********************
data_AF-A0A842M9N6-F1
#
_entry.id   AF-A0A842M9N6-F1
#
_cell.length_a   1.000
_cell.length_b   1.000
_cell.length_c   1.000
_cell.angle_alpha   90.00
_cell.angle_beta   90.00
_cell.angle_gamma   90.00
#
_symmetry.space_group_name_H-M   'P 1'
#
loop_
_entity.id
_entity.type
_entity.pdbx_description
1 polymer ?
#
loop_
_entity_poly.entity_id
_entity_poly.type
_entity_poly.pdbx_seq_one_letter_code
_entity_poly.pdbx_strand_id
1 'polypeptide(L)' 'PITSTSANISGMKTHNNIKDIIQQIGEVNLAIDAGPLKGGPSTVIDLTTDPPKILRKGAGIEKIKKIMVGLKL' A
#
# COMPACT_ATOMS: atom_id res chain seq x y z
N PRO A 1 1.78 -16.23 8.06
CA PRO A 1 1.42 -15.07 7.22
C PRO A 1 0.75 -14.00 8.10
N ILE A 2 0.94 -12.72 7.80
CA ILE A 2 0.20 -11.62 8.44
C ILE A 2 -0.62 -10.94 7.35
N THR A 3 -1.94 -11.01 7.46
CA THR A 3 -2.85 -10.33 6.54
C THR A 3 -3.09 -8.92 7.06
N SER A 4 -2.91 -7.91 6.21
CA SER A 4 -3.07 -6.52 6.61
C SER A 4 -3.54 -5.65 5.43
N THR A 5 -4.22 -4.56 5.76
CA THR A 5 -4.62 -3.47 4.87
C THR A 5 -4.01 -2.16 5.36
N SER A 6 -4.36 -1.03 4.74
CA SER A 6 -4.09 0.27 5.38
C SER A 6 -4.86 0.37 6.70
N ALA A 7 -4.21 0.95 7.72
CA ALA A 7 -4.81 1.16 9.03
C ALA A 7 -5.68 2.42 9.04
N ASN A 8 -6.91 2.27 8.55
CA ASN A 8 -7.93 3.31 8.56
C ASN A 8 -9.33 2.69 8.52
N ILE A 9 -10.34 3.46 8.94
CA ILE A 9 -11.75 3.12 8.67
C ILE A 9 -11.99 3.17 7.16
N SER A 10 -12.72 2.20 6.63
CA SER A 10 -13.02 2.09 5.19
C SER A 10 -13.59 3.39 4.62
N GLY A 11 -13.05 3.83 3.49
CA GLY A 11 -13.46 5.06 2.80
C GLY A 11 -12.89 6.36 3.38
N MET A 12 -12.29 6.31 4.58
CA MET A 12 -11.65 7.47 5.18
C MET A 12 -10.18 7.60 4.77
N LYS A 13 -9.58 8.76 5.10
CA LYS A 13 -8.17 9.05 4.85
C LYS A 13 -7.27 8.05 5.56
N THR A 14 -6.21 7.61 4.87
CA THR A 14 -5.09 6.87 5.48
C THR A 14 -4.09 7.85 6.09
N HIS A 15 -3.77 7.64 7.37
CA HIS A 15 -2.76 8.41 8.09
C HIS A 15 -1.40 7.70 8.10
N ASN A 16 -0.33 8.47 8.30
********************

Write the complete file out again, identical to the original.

data_AF-A0A842M9N6-F1
#
_entry.id   AF-A0A842M9N6-F1
#
_cell.length_a   1.000
_cell.length_b   1.000
_cell.length_c   1.000
_cell.angle_alpha   90.00
_cell.angle_beta   90.00
_cell.angle_gamma   90.00
#
_symmetry.space_group_name_H-M   'P 1'
#
loop_
_entity.id
_entity.type
_entity.pdbx_description
1 polymer ?
#
loop_
_entity_poly.entity_id
_entity_poly.type
_entity_poly.pdbx_seq_one_letter_code
_entity_poly.pdbx_strand_id
1 'polypeptide(L)' 'PITSTSANISGMKTHNNIKDIIQQIGEVNLAIDAGPLKGGPSTVIDLTTDPPKILRKGAGIEKIKKIMVGLKL' A
#
# COMPACT_ATOMS: atom_id res chain seq x y z
N PRO A 1 1.78 -16.23 8.06
CA PRO A 1 1.42 -15.07 7.22
C PRO A 1 0.75 -14.00 8.10
N ILE A 2 0.94 -12.72 7.80
CA ILE A 2 0.20 -11.62 8.44
C ILE A 2 -0.62 -10.94 7.35
N THR A 3 -1.94 -11.01 7.46
CA THR A 3 -2.85 -10.33 6.54
C THR A 3 -3.09 -8.92 7.06
N SER A 4 -2.91 -7.91 6.21
CA SER A 4 -3.07 -6.52 6.61
C SER A 4 -3.54 -5.65 5.43
N THR A 5 -4.22 -4.56 5.76
CA THR A 5 -4.62 -3.47 4.87
C THR A 5 -4.01 -2.16 5.36
N SER A 6 -4.36 -1.03 4.74
CA SER A 6 -4.09 0.27 5.38
C SER A 6 -4.86 0.37 6.70
N ALA A 7 -4.21 0.95 7.72
CA ALA A 7 -4.81 1.16 9.03
C ALA A 7 -5.68 2.42 9.04
N ASN A 8 -6.91 2.27 8.55
CA ASN A 8 -7.93 3.31 8.56
C ASN A 8 -9.33 2.69 8.52
N ILE A 9 -10.34 3.46 8.94
CA ILE A 9 -11.75 3.12 8.67
C ILE A 9 -11.99 3.17 7.16
N SER A 10 -12.72 2.20 6.63
CA SER A 10 -13.02 2.09 5.19
C SER A 10 -13.59 3.39 4.62
N GLY A 11 -13.05 3.83 3.49
CA GLY A 11 -13.46 5.06 2.80
C GLY A 11 -12.89 6.36 3.38
N MET A 12 -12.29 6.31 4.58
CA MET A 12 -11.65 7.47 5.18
C MET A 12 -10.18 7.60 4.77
N LYS A 13 -9.58 8.76 5.10
CA LYS A 13 -8.17 9.05 4.85
C LYS A 13 -7.27 8.05 5.56
N THR A 14 -6.21 7.61 4.87
CA THR A 14 -5.09 6.87 5.48
C THR A 14 -4.09 7.85 6.09
N HIS A 15 -3.77 7.64 7.37
CA HIS A 15 -2.76 8.41 8.09
C HIS A 15 -1.40 7.70 8.10
N ASN A 16 -0.33 8.47 8.30